As for fracking, this is an inherently dangerous and socially irresponsible practice and it needs to be banned. It involves injecting a brew of toxic chemicals (the exact composition of which is a “trade secret”) mixed with millions of gallons of fresh water, under high pressure, thousands of feet below the surface, to crack the shale layer and recover natural gas or oil. It then entails taking the toxic flowback and injecting that under high pressure into injection wells, deep in the earth, for storage – except, of course, it’s not safe storage. Two studies have shown show a 6-7% well casing failure rate – or “compromised structural integrity” – within the first three years after drilling the well. The practice has been proved to cause earthquakes. It also entails air pollution, serious threats to worker safety and health, immense truck traffic and corresponding damage to roads and the natural beauty and tranquility of Southern Illinois. It will threaten our agriculture, orchards, wineries and tourism.

To be blunt, fracking is an insane practice, and for government to encourage it is the height of irresponsibility. You can’t “regulate” what happens a mile underground, you can’t “regulate” earthquakes, and once aquifers are contaminated, you can’t reverse engineer the contamination. It’s especially insane in Southern Illinois, because the U.S. Geological Survey says that Southern Illinois is one of the nation’s “hot spots” for potentially catastrophic seismic activity, and Illinois shale is highly radioactive, in the top 10 percent, so the toxic flowback water will also pose a radioactive health hazard.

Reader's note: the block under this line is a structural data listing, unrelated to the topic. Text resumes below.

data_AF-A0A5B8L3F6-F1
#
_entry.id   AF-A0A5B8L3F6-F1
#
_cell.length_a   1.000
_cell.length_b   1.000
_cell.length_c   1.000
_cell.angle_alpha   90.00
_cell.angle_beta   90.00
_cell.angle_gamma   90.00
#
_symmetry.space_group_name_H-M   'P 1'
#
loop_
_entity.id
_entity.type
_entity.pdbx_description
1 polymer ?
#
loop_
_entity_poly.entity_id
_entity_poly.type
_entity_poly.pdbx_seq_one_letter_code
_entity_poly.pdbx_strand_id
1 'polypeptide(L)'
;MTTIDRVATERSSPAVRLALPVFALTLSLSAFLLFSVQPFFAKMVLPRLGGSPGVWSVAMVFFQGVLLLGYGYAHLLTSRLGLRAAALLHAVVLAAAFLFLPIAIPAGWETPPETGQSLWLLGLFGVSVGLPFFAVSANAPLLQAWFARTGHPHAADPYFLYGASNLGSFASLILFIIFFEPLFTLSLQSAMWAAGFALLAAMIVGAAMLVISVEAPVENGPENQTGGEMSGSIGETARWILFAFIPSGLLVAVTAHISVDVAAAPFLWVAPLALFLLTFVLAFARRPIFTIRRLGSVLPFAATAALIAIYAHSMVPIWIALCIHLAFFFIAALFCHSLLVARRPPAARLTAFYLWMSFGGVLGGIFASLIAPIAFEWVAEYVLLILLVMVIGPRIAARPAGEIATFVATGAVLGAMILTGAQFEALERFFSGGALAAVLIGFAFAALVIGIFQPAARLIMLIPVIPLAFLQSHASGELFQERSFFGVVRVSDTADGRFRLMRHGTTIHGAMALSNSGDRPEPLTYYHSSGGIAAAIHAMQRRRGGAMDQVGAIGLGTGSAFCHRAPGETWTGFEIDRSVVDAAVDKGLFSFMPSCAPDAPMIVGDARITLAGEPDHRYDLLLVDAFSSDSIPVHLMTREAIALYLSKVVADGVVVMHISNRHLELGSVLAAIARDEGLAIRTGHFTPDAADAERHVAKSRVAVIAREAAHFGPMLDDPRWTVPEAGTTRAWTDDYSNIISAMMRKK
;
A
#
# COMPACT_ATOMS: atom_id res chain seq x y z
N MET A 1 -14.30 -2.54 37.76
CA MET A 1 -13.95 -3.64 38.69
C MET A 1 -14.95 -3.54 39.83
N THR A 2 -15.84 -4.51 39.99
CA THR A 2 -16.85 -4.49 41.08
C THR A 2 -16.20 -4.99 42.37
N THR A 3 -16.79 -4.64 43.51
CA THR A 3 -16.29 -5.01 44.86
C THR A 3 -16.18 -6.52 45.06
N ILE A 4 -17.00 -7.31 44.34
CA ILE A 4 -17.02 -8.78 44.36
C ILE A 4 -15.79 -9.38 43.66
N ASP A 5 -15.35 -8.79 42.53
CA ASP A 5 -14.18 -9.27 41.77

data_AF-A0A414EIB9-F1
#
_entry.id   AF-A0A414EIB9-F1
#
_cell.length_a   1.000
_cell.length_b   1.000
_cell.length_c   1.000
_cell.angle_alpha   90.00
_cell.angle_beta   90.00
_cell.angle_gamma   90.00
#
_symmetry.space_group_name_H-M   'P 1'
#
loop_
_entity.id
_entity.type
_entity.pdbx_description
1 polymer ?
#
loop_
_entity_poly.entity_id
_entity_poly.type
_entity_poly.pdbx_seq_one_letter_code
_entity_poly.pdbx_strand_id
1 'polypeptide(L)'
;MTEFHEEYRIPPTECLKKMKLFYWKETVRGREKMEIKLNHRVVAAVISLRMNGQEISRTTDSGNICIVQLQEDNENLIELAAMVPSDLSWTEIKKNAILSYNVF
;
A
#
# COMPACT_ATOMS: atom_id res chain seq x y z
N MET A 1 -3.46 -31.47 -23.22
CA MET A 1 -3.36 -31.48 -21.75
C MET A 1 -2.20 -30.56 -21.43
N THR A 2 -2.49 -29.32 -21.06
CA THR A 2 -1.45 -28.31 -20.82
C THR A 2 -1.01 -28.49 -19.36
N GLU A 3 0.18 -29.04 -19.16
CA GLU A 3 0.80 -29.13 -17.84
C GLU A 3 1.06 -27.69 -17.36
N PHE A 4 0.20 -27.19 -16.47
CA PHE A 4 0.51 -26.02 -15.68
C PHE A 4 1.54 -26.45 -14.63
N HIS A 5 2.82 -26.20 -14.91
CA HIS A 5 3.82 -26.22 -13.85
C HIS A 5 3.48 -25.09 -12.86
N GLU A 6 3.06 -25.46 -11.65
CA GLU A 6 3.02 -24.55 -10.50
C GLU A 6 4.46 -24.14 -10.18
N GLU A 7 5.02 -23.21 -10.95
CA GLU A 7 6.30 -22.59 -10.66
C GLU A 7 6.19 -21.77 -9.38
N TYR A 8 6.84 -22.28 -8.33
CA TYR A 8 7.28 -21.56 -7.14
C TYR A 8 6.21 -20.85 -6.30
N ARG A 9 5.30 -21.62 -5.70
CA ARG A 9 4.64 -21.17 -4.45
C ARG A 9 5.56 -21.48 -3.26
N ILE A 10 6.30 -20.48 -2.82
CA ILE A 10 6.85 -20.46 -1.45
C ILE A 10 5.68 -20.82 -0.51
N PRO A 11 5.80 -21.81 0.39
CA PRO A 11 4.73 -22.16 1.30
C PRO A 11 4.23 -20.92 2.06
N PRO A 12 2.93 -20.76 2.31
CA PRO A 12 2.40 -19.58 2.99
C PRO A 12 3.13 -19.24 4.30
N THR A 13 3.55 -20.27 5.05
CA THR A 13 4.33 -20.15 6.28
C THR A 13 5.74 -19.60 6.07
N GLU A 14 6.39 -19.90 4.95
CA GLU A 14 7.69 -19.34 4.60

On top of all that, the big energy corporations are not in the business or extracting oil and natural gas in order to keep prices down for American consumers or to provide “energy security” for the United States. They are in the business to make money. They are pushing to build new facilities so that more of the fossil fuels extracted can be exported, just like most Illinois coal is already being exported. Those who cheer, “drill, baby, drill!” thinking that such policies will help the American people, have been sold a bottle of snake oil. These policies are aimed at helping the energy conglomerates, their investors and speculators – and no one else.